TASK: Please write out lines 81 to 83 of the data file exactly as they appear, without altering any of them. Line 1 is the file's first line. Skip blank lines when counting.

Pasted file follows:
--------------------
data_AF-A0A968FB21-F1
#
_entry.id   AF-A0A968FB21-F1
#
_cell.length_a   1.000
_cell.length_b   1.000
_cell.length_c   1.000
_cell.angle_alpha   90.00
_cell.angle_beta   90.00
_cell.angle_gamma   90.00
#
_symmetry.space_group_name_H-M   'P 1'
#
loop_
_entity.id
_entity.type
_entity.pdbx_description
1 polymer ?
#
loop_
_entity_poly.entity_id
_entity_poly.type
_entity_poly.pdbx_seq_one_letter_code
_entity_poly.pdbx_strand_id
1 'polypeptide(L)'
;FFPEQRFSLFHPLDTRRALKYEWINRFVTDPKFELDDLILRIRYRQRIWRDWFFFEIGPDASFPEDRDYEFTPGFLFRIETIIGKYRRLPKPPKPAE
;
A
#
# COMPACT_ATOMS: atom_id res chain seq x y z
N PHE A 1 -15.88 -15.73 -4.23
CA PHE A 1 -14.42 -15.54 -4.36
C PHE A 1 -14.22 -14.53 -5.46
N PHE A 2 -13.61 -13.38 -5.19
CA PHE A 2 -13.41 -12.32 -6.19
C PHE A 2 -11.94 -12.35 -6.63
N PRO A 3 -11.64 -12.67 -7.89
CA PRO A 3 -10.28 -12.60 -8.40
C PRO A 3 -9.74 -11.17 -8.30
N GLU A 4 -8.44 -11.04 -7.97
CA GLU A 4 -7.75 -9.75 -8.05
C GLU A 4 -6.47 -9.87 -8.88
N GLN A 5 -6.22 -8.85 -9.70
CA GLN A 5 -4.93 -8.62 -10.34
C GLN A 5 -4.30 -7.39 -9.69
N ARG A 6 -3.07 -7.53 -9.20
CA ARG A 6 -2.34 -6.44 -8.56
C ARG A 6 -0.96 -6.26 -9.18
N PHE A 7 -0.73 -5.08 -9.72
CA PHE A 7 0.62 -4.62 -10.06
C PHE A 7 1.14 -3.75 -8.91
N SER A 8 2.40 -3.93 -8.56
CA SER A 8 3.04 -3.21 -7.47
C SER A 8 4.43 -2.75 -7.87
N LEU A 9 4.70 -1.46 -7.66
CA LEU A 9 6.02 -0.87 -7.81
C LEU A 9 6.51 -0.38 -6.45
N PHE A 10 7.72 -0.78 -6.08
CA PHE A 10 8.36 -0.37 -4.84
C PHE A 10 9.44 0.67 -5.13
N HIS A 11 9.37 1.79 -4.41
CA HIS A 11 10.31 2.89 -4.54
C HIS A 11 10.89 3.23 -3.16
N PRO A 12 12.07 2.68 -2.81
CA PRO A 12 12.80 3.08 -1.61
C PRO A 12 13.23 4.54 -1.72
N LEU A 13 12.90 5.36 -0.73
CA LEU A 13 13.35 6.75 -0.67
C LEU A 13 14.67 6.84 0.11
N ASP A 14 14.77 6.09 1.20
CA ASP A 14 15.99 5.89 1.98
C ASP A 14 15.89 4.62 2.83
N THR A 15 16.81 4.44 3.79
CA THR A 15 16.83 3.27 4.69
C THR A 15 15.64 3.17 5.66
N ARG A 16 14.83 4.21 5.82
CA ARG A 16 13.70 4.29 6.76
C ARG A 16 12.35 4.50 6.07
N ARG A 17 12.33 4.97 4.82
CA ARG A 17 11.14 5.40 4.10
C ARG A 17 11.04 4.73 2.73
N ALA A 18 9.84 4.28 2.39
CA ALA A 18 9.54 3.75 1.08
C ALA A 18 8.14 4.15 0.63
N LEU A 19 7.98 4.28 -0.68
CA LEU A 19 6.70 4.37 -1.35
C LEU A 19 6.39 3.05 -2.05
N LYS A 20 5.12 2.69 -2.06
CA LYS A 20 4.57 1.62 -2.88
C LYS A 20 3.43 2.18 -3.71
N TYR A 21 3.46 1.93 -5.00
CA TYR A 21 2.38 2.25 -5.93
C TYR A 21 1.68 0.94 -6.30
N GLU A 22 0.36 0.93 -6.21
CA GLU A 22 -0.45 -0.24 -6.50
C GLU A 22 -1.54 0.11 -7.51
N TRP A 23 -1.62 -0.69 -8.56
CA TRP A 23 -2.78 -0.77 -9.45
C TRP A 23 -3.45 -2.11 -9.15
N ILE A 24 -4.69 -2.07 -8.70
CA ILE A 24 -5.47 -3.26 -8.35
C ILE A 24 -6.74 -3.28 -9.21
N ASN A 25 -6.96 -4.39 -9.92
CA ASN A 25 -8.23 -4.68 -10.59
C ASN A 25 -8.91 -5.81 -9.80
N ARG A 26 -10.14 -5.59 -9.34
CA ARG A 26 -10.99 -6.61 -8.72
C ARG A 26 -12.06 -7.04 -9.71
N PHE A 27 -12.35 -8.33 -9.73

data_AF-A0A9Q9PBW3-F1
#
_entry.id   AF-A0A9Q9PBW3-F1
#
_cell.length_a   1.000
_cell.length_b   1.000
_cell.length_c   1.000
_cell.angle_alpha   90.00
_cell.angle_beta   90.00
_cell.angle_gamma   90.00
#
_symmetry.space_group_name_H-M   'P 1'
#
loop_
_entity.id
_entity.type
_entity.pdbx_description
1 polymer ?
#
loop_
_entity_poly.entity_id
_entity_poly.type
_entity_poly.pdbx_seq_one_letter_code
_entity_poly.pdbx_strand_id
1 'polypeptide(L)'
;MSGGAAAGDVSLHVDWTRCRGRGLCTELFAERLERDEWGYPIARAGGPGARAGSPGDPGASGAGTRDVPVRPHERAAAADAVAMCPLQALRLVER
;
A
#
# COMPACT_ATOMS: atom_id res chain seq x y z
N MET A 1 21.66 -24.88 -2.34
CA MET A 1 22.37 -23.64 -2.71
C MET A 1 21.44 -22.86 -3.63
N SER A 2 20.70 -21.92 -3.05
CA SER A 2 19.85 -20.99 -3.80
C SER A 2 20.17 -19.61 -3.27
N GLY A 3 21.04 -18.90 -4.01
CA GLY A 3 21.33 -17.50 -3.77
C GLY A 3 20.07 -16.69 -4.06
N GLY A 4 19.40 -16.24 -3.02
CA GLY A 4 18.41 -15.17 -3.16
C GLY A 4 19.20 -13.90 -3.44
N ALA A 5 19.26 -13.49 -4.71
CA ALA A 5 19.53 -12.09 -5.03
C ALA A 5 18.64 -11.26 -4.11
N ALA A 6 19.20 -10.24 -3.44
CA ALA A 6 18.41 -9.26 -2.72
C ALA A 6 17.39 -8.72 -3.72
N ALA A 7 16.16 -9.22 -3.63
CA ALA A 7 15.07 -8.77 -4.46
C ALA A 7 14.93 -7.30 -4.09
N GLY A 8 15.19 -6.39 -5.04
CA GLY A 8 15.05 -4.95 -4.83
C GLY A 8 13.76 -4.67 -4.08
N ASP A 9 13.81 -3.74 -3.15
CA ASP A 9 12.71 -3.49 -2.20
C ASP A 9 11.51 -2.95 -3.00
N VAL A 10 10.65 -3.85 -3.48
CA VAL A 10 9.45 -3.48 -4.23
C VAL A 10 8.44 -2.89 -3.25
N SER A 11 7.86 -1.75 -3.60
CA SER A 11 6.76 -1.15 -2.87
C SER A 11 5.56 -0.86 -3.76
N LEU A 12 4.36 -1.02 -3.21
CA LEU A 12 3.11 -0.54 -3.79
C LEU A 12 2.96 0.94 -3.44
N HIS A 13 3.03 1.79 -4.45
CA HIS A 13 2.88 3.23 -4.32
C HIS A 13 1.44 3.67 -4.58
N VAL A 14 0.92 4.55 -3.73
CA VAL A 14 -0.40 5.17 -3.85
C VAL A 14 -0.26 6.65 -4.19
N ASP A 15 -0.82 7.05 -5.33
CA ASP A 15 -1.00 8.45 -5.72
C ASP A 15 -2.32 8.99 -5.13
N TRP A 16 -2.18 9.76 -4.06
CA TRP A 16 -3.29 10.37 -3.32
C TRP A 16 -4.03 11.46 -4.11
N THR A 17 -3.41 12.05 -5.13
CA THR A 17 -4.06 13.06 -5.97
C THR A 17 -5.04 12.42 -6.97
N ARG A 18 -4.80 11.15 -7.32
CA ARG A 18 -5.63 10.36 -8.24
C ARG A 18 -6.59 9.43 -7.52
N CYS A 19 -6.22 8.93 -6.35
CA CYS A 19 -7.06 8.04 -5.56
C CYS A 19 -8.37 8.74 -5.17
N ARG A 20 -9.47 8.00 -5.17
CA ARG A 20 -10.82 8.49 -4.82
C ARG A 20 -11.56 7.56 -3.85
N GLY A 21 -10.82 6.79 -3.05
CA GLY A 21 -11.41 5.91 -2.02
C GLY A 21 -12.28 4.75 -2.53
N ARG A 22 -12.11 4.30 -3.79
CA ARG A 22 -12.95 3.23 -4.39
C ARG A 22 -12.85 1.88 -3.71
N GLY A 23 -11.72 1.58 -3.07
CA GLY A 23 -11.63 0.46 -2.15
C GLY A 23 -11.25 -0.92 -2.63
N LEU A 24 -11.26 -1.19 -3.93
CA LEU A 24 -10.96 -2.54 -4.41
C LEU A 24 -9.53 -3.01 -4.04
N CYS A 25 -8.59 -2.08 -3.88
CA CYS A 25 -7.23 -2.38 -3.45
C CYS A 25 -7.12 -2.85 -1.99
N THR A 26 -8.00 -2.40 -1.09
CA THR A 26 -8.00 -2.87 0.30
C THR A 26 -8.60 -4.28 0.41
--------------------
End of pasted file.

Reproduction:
C ARG A 17 11.04 4.73 2.73
N ALA A 18 9.84 4.28 2.39
CA ALA A 18 9.54 3.75 1.08